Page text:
More information

Our goal first will be to define a product measure on A 1 A 2.

Our goal first will be to define a product measure on A 1 A 2. 1. Tensor product of measures and Fubini theorem. Let (A j, Ω j, µ j ), j = 1, 2, be two measure spaces. Recall that the new σ -algebra A 1 A 2 with the unit element is the σ -algebra generated by the

More information

Lebesgue Measure on R n

Lebesgue Measure on R n 8 CHAPTER 2 Lebesgue Measure on R n Our goal is to construct a notion of the volume, or Lebesgue measure, of rather general subsets of R n that reduces to the usual volume of elementary geometrical sets

More information

Measure Theory and Probability

Measure Theory and Probability Chapter 2 Measure Theory and Probability 2.1 Introduction In advanced probability courses, a random variable (r.v.) is defined rigorously through measure theory, which is an in-depth mathematics discipline

More information

4.1 4.2 Probability Distribution for Discrete Random Variables

4.1 4.2 Probability Distribution for Discrete Random Variables 4.1 4.2 Probability Distribution for Discrete Random Variables Key concepts: discrete random variable, probability distribution, expected value, variance, and standard deviation of a discrete random variable.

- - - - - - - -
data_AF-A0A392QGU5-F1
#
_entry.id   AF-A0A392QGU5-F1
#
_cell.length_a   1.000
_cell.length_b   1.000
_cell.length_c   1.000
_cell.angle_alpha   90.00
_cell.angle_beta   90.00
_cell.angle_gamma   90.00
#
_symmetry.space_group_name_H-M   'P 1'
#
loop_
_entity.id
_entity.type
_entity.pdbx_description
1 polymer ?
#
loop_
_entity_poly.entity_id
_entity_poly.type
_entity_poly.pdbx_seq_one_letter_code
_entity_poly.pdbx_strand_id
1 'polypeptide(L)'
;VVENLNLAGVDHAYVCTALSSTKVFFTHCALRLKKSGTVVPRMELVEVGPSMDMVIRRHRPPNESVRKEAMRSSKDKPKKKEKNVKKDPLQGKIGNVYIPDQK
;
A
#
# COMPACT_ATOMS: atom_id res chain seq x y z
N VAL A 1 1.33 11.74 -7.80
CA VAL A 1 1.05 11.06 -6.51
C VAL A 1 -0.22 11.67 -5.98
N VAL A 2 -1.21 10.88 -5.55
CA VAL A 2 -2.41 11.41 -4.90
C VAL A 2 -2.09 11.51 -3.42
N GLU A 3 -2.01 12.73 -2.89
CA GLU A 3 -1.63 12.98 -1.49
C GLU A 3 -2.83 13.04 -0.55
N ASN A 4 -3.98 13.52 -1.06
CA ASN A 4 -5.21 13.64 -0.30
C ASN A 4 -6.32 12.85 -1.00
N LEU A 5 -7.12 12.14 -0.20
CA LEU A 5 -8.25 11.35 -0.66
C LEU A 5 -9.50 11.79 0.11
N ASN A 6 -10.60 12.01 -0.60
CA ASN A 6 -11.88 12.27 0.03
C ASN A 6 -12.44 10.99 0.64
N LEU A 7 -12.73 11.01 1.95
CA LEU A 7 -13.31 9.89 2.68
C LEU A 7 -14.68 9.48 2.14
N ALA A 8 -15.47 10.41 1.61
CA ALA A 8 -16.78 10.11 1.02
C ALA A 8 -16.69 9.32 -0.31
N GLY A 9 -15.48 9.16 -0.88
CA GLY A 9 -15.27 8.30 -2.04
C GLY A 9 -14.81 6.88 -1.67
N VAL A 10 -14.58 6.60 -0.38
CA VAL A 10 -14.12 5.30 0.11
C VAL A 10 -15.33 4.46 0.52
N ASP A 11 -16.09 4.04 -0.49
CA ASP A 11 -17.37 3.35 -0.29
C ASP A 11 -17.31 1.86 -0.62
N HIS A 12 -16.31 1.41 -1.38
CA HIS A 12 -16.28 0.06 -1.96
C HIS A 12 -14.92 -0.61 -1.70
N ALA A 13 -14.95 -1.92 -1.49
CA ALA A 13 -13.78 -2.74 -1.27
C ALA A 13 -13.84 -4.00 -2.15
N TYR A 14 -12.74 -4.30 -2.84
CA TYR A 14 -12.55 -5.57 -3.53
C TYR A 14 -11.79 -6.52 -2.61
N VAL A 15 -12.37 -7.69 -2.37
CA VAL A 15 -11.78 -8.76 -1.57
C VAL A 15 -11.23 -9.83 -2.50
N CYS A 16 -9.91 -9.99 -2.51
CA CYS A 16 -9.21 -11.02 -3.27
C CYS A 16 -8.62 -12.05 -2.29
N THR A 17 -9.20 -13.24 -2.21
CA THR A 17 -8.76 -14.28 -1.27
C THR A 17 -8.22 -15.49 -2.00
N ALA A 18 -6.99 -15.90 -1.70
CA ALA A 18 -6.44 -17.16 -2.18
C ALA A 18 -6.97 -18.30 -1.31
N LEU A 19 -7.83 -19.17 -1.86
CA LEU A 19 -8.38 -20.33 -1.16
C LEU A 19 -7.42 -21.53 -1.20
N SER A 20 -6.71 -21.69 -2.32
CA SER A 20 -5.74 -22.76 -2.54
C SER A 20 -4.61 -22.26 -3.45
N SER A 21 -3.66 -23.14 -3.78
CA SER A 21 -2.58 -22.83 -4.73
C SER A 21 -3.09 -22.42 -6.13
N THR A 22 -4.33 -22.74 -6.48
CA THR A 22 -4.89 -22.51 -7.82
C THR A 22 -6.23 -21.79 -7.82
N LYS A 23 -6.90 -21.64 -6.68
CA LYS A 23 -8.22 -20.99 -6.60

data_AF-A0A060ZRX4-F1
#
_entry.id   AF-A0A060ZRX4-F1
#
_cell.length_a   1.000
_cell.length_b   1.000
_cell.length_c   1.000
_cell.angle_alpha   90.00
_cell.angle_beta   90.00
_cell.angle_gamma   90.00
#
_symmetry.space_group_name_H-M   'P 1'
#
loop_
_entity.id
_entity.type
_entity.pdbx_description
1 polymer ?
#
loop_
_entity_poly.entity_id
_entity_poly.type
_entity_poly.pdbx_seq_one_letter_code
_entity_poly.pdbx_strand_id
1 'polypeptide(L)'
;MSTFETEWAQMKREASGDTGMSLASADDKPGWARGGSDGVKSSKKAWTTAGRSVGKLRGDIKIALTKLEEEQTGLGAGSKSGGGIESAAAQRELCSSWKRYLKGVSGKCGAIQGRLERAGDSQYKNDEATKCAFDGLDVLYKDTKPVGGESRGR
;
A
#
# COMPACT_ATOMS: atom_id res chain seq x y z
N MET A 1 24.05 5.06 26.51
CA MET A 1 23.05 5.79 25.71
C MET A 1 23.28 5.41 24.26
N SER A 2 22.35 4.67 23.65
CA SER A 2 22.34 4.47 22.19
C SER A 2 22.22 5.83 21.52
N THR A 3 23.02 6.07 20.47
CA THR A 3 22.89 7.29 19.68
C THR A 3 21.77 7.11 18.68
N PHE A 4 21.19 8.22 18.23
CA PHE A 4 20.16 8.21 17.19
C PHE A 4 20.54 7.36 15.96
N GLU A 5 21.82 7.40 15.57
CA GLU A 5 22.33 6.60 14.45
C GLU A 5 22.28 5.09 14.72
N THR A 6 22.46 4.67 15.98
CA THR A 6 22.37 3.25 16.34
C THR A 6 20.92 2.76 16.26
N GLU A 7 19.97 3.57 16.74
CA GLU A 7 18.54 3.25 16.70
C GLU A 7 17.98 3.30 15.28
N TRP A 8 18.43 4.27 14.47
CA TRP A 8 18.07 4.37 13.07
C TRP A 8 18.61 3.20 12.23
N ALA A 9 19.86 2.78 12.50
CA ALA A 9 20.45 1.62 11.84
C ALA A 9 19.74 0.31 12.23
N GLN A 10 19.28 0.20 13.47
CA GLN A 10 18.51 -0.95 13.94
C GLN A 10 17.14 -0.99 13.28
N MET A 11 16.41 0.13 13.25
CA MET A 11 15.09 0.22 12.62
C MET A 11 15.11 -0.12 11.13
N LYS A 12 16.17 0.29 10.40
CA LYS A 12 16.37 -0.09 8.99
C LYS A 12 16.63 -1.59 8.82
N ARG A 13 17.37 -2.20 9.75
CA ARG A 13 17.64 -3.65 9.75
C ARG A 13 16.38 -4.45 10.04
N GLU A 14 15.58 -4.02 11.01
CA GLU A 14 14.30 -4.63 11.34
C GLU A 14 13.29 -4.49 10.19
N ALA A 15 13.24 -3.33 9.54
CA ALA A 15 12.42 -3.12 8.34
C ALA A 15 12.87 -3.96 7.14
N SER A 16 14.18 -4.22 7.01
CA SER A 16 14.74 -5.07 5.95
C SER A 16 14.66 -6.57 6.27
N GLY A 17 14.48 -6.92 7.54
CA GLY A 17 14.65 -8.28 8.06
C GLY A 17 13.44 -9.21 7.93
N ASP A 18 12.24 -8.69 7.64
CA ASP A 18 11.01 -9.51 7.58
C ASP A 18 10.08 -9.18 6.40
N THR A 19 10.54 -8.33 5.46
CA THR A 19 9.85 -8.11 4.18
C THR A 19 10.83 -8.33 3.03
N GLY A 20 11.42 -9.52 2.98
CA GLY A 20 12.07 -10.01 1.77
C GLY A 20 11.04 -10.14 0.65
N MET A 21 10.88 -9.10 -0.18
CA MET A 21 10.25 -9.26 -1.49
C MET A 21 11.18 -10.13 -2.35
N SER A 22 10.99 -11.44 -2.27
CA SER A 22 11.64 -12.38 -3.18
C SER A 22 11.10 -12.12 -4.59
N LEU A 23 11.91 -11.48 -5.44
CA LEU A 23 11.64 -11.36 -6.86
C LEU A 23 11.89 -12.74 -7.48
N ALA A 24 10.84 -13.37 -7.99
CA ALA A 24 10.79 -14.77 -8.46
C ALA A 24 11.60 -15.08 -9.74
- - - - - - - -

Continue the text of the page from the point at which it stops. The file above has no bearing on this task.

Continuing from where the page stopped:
More information

Notes for STA 437/1005 Methods for Multivariate Data

Notes for STA 437/1005 Methods for Multivariate Data Notes for STA 437/1005 Methods for Multivariate Data Radford M. Neal, 26 November 2010 Random Vectors Notation: Let X be a random vector with p elements, so that X = [X 1,..., X p ], where denotes transpose.

More information

For a partition B 1,..., B n, where B i B j = for i. A = (A B 1 ) (A B 2 ),..., (A B n ) and thus. P (A) = P (A B i ) = P (A B i )P (B i )

For a partition B 1,..., B n, where B i B j = for i. A = (A B 1 ) (A B 2 ),..., (A B n ) and thus. P (A) = P (A B i ) = P (A B i )P (B i ) Probability Review 15.075 Cynthia Rudin A probability space, defined by Kolmogorov (1903-1987) consists of: A set of outcomes S, e.g., for the roll of a die, S = {1, 2, 3, 4, 5, 6}, 1 1 2 1 6 for the roll